Remove foil and bake an additional 10 minutes.

Take it out of the oven and let it sit about 10 minutes before cutting.

Monday, August 19, 2019

This Little Piggy Went to Market

...with high hopes that her favorite peaches would be ready. They are not. So...
... she bought some Honey Crisp apples, two small eggplants, a small cabbage, another cantaloupe and four ears of corn. 

Wow~ the apples are VERY juicy and tasty! As you probably have guessed, soon I'll make an "easy" parmigiana dish with slaw on the side. 

Here is a tease of the ease.....step #1
Preheat oven to 450°F.

Spray 2 sheet pans with oil. Slice the eggplant lengthwise into 1/4 inch thick slices. Transfer to the prepared pans, it's ok if they overlap slightly. Season with salt. Bake for 20 minutes, turning halfway through until eggplant is golden. To be continued--

Friday, August 16, 2019

F-F-F-F-F-F Friday

Fresh From Farmer's Field Fruit Frenzy!
This is the second half of our second one. The sweetness and juiciness is so worth the trip out to the local farm market. Of course, we also bought some corn. I'm now fermenting some cantaloupe seeds and hope that my brother, grandson, daughter, and neighbor will give a try to grow a few next year. They would have to be started indoors three to four weeks before transplanting. They like it dry and warm in fertile and well-drained soil.

OH! Two more "F's" for Friday! 

I wanted to mention that it is a wonderful sight to see a Father Feeding his sons!
please click on image to view larger

Thursday, August 15, 2019

B-B-B Day

Blueberry Bran Baking Day. Since I had about two cups of frozen blueberries left over in the freezer I had an impulse to use up my cereal that was getting short of shelf life. I was feeling creative and, thank goodness, the results were wonderful. (I made changes to to the original recipe!)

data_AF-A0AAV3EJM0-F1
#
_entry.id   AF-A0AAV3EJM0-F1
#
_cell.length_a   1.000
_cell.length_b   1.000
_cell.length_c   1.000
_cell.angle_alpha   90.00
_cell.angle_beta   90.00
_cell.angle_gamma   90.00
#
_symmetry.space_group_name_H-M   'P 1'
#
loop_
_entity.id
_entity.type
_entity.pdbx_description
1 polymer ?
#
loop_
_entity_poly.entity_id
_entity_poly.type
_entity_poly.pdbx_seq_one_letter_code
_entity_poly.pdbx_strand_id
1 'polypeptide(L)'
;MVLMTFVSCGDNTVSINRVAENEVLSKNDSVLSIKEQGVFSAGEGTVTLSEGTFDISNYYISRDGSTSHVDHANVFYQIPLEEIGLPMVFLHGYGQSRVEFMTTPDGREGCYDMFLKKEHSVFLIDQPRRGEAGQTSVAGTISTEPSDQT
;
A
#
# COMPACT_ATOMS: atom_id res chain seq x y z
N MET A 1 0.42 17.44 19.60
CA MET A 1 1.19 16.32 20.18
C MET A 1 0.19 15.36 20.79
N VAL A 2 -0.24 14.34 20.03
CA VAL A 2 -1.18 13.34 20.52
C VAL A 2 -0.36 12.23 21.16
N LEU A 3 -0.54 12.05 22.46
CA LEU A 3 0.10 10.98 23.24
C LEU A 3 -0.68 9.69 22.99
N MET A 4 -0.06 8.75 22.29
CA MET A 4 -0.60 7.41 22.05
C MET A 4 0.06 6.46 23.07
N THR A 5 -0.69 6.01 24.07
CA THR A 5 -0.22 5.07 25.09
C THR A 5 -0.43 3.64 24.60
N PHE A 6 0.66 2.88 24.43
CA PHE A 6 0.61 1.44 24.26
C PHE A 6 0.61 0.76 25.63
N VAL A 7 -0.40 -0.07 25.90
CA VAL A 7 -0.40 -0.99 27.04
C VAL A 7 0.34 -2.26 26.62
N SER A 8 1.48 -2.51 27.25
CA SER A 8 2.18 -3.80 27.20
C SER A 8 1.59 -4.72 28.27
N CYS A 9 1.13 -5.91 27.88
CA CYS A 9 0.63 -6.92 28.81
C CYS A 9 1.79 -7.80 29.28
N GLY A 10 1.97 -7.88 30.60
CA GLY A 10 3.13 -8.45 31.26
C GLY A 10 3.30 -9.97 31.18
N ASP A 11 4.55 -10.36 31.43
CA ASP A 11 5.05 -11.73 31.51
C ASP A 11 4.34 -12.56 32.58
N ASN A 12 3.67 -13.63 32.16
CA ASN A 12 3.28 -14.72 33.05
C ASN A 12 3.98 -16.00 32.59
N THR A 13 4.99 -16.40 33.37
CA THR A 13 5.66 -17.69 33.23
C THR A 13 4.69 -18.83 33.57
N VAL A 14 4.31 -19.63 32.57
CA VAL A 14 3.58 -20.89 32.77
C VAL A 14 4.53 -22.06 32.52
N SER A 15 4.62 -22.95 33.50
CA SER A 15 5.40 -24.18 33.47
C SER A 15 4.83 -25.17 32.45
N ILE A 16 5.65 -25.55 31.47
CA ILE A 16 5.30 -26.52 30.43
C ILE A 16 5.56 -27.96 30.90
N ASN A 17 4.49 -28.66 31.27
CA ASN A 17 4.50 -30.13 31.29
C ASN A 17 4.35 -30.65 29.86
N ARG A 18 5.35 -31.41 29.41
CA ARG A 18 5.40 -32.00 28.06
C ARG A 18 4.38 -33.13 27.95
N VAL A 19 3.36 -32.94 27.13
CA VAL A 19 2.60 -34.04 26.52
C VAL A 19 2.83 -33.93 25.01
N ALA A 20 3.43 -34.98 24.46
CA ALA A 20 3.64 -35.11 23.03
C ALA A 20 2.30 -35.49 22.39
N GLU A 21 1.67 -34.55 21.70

Hot and buttered and....WOW!
I used one cup of sour cream instead of one cup of milk.
I used almost 2 cups of All Bran Original cereal
I used Crisco for shortening
I added 1/2 tsp. lemon flavoring.
After all was well mixed, I then added the blueberries in their frozen state.
I used two different size muffin pans and lined with paper cups. 

1 1/2 cups Kellogg’s All-Bran Original cereal 
or 1 1/2 cups Kellogg’s All-Bran Buds cereal 
1 cup milk
  • 1 egg
  • 1/3 cup shortening
  • 1 1/3 cup all-purpose flour
  • 1 tablespoon baking powder
  • 1 teaspoon salt
  • 1/2 cup sugar
1. Stir together flour, sugar, baking powder and salt. Set aside.

2. In large mixing bowl, combine KELLOGG'S ALL-BRAN cereal and milk. Let stand about 2 minutes or until cereal softens. Add egg and shortening. Beat well. Add flour mixture, stirring only until combined. Portion evenly into twelve 2 1/2-inch muffin-pan cups coated with cooking spray. OR six larger muffin-pan cups. You may use paper cups and not cover with spray.

3. Bake at 400° F about 25 minutes or until lightly browned. Serve warm. 

Yield: 12 muffins/6 large muffins


Molasses: Decrease milk to 1/2 cup. Add 1/2 cup molasses to KELLOGG'S ALL-BRAN cereal with milk. Omit sugar. Follow directions above.
don't forget to click on an image to enlarge

Tuesday, August 13, 2019

Had a Nice Day!

Yesterday the lake was treated again for pond weed. *At first I don’t know what they were doing just circling and moving but finally the airboat spraying of the aquatic herbicide began.  Henry watched the operation from the porch while I took pictures. This is the only time a motorized boat is allowed on our lake. Lake residents and guests use sailboats, canoes, paddle boats, kayaks, rowboats, boats with small battery operated motors and larger electric pontoon boats. 
*These photos are in the order that I took them.

For some reason, ALL of the geese left about two weeks ago. It happened as soon as the young ones began to fly. We are glad they’re gone. They usually leave after the first frost and sometimes in the past after ice has formed. This is a first-ever! The blue heron still visits every day. 

The grass has let up on its growth spurt and my flowers are all reaching their peak. I took a short ride and found that it is hydrangea time. The pollinating bees were covering them.
On my return home on a road leading from our neighboring lake area, I saw that the farmer has taken a lunch break.
This nearby sign caught my attention.
To view images larger, please click on one.